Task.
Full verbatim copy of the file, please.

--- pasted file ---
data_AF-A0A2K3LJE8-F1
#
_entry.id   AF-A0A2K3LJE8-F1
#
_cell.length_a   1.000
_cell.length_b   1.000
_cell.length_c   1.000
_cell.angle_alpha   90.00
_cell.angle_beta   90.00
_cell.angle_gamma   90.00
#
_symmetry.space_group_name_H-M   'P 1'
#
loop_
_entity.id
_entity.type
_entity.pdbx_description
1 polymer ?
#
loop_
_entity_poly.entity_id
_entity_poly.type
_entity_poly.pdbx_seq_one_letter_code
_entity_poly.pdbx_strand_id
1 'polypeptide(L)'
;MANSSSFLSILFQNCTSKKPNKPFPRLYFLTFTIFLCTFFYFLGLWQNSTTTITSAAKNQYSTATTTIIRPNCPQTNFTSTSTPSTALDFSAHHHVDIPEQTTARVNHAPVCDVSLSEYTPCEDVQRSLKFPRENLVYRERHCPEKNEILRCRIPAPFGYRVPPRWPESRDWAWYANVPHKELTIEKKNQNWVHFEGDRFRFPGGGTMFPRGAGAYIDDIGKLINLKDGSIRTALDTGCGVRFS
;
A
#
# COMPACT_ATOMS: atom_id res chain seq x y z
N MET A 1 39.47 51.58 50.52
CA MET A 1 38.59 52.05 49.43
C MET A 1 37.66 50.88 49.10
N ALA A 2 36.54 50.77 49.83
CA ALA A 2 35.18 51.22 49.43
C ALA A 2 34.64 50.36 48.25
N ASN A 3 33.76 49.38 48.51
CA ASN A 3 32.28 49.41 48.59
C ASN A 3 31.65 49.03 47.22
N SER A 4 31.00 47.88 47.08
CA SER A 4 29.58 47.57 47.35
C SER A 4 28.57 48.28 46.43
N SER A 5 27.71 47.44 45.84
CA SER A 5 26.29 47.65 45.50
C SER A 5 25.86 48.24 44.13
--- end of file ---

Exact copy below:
data_AF-A0A2K3LJE8-F1
#
_entry.id   AF-A0A2K3LJE8-F1
#
_cell.length_a   1.000
_cell.length_b   1.000
_cell.length_c   1.000
_cell.angle_alpha   90.00
_cell.angle_beta   90.00
_cell.angle_gamma   90.00
#
_symmetry.space_group_name_H-M   'P 1'
#
loop_
_entity.id
_entity.type
_entity.pdbx_description
1 polymer ?
#
loop_
_entity_poly.entity_id
_entity_poly.type
_entity_poly.pdbx_seq_one_letter_code
_entity_poly.pdbx_strand_id
1 'polypeptide(L)'
;MANSSSFLSILFQNCTSKKPNKPFPRLYFLTFTIFLCTFFYFLGLWQNSTTTITSAAKNQYSTATTTIIRPNCPQTNFTSTSTPSTALDFSAHHHVDIPEQTTARVNHAPVCDVSLSEYTPCEDVQRSLKFPRENLVYRERHCPEKNEILRCRIPAPFGYRVPPRWPESRDWAWYANVPHKELTIEKKNQNWVHFEGDRFRFPGGGTMFPRGAGAYIDDIGKLINLKDGSIRTALDTGCGVRFS
;
A
#
# COMPACT_ATOMS: atom_id res chain seq x y z
N MET A 1 39.47 51.58 50.52
CA MET A 1 38.59 52.05 49.43
C MET A 1 37.66 50.88 49.10
N ALA A 2 36.54 50.77 49.83
CA ALA A 2 35.18 51.22 49.43
C ALA A 2 34.64 50.36 48.25
N ASN A 3 33.76 49.38 48.51
CA ASN A 3 32.28 49.41 48.59
C ASN A 3 31.65 49.03 47.22
N SER A 4 31.00 47.88 47.08
CA SER A 4 29.58 47.57 47.35
C SER A 4 28.57 48.28 46.43
N SER A 5 27.71 47.44 45.84
CA SER A 5 26.29 47.65 45.50
C SER A 5 25.86 48.24 44.13